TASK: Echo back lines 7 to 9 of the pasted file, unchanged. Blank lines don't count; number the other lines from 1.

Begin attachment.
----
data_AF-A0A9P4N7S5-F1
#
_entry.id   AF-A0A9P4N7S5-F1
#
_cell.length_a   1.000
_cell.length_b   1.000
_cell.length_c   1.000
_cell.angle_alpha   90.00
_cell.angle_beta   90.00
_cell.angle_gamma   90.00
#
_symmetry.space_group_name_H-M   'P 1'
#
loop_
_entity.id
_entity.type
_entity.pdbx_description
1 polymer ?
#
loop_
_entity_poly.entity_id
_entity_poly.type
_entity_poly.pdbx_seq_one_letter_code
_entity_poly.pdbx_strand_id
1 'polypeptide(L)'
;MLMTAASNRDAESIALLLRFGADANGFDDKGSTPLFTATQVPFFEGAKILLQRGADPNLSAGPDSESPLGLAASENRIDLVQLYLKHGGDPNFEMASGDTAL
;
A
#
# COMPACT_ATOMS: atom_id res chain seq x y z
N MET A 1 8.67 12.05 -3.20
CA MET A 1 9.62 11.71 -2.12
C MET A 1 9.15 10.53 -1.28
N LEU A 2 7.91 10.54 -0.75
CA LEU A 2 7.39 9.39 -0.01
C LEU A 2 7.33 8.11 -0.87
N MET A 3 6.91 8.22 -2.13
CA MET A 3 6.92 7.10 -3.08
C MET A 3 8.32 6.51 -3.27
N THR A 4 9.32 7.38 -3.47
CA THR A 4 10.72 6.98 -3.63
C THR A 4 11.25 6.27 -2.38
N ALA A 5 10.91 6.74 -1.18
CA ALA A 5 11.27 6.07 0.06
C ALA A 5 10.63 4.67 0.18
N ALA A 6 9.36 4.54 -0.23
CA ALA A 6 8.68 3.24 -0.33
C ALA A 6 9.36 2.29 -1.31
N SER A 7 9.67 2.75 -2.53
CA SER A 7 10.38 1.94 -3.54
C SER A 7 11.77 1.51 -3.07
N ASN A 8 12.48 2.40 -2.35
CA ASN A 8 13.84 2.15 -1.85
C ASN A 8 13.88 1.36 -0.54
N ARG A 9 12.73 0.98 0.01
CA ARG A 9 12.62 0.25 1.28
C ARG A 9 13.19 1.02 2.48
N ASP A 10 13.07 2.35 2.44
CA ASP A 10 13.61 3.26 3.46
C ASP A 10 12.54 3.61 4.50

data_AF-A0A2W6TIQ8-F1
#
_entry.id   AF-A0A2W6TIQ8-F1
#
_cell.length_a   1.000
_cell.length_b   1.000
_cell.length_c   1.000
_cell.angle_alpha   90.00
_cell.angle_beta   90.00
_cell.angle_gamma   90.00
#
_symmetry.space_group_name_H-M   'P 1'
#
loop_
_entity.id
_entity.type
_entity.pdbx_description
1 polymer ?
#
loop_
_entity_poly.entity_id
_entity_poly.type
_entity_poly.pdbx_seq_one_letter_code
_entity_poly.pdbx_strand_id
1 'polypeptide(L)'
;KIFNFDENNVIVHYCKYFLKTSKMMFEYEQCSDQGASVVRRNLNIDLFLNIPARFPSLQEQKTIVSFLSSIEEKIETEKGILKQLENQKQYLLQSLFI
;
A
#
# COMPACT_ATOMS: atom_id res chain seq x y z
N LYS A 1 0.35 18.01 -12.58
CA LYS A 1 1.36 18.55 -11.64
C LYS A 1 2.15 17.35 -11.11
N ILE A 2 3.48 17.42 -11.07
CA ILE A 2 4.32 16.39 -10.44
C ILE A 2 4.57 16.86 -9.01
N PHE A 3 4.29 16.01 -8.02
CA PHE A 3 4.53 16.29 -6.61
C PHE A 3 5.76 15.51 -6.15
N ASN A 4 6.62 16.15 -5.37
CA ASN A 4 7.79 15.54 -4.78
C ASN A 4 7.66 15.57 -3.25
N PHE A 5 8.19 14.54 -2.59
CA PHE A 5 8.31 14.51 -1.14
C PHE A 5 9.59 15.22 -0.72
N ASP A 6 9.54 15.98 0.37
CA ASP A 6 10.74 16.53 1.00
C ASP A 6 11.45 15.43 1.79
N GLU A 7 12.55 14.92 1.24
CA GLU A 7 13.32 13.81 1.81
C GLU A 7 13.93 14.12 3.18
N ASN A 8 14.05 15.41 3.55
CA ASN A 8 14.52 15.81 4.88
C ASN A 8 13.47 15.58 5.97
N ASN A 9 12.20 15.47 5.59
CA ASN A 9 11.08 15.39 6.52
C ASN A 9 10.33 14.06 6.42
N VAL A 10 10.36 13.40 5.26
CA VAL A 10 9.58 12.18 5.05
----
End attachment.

_cell.length_c   1.000
_cell.angle_alpha   90.00
_cell.angle_beta   90.00